Asia

Why child labor is rampant in Dhaka's slums

Bangladesh has had a strong record on human development in recent years. But child labor remains an endemic problem, concluded a new study. DW spoke to the report's co-author Maria Quattri about their findings.

UN Millenniumsziele Kind in einem Slum in Bangladesch (UN Photo/Kibae Park)

One third of impoverished children living in the slums of Bangladesh's capital, Dhaka, spend more than 60 hours a week working illegally, with many of them employed by the country's clothes manufacturing industry, revealed a report released on Wednesday, December 7.

The study conducted by the London-based Overseas Development Institute concluded that 32 percent of children aged between 10 and 14 living in Dhaka's slum settlements were out of school and engaged in full-time work in garment factories - according to a survey of 2,700 children.

This is despite Bangladeshi laws setting a minimum working age of 14, although the statutes provide an exception in that from the age of 12, children are allowed to carry out "light work" for up to 42 hours a week, provided it does not interfere with their education.

In a DW interview, the report's co-author Maria Quattri blames the pervasiveness of the practice on poverty. She also stressed that child labor keeps children out of school, hinders effective learning and denies them an opportunity to acquire the knowledge and skills they need to escape poverty.

DW: What are the main reasons behind the widespread prevalence of child labor in Bangladesh?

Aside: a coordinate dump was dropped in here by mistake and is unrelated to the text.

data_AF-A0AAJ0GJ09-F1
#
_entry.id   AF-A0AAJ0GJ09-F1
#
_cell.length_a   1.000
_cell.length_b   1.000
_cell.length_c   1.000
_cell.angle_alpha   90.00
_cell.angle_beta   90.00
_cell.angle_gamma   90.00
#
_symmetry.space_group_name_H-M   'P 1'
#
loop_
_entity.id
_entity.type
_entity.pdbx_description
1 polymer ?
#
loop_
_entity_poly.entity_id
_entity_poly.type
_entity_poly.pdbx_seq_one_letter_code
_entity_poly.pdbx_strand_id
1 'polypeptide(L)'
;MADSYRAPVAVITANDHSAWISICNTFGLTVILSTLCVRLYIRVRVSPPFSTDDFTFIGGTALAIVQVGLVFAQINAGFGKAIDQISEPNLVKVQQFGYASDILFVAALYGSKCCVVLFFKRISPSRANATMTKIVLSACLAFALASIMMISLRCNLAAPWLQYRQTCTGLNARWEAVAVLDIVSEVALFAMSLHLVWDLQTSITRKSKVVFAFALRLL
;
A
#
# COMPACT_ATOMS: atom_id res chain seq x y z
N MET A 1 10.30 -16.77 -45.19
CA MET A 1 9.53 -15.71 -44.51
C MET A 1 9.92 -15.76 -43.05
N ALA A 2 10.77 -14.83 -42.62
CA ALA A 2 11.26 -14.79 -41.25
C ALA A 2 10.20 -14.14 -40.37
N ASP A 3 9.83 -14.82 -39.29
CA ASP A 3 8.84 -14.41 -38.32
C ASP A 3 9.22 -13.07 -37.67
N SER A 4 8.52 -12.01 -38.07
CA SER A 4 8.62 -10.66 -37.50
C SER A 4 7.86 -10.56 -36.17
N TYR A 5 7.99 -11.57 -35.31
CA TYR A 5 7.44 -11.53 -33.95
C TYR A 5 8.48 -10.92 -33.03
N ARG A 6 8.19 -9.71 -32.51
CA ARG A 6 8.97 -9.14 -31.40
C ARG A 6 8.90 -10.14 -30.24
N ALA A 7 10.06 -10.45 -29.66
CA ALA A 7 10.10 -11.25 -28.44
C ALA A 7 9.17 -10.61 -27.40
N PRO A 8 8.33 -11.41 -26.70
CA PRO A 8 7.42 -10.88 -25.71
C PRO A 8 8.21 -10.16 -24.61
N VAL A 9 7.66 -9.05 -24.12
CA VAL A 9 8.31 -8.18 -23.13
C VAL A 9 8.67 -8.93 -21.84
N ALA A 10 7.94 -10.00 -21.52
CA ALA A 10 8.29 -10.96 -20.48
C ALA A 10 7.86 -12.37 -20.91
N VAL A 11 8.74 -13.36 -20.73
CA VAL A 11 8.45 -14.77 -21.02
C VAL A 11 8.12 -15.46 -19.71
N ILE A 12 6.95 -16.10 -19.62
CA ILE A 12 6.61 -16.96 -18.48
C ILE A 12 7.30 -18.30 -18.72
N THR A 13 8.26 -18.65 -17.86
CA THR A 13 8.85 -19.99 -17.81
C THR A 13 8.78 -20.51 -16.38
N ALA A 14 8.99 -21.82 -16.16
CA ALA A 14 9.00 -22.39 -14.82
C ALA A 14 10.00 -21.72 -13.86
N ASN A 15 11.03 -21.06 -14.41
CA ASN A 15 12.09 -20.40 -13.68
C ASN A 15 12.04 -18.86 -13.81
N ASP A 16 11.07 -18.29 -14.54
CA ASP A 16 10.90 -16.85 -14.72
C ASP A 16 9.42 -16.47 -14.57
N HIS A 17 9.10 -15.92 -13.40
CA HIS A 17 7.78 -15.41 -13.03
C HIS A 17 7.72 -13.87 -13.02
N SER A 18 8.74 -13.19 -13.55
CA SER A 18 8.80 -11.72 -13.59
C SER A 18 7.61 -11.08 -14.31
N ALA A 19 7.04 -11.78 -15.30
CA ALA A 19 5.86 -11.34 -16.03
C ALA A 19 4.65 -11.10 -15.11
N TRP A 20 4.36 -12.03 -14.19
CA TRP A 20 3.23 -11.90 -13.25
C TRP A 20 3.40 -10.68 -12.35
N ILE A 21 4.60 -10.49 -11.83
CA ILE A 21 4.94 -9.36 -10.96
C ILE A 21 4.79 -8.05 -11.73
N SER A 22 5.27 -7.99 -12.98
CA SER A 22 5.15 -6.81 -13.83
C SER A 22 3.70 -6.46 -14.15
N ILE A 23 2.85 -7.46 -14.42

Maria Quattri: Poverty is the main reason for the rampant prevalence of child labor in the country: 53 percent of boys and 74 percent of girls are working to supplement family income.

London Maria Quattri von ODI (ODI)

Quattri: 'The poverty that families of these children face and that is compelling those families to send children to work perpetrates itself'

How is the problem of child labor aggravated, particularly in the country's slums?

Urbanization has been one of the engines of Bangladesh's development. But it has gone hand-in-hand with the rapid growth of urban slums marked by high levels of poverty.

What working conditions do these children often face?

Children work on average 11-12 hours a day for 6-7 days a week. A third of all the children interviewed experienced extreme fatigue.

In Bangladesh, it is illegal for children under 14 to work. It is also illegal to ask anyone to do "hazardous work" for more than 42 hours a week. Still, the practice continues unabated. Why has the government failed so far to strictly implement these rules?

Many children work for sub-contractors that produce part of the final product and sell it to formal businesses, which then export the product. Sub-contractors are informal businesses that are currently not reached by regulatory institutions.

What are the implications for these children when they are forced to take up jobs at a very young age and discontinue education?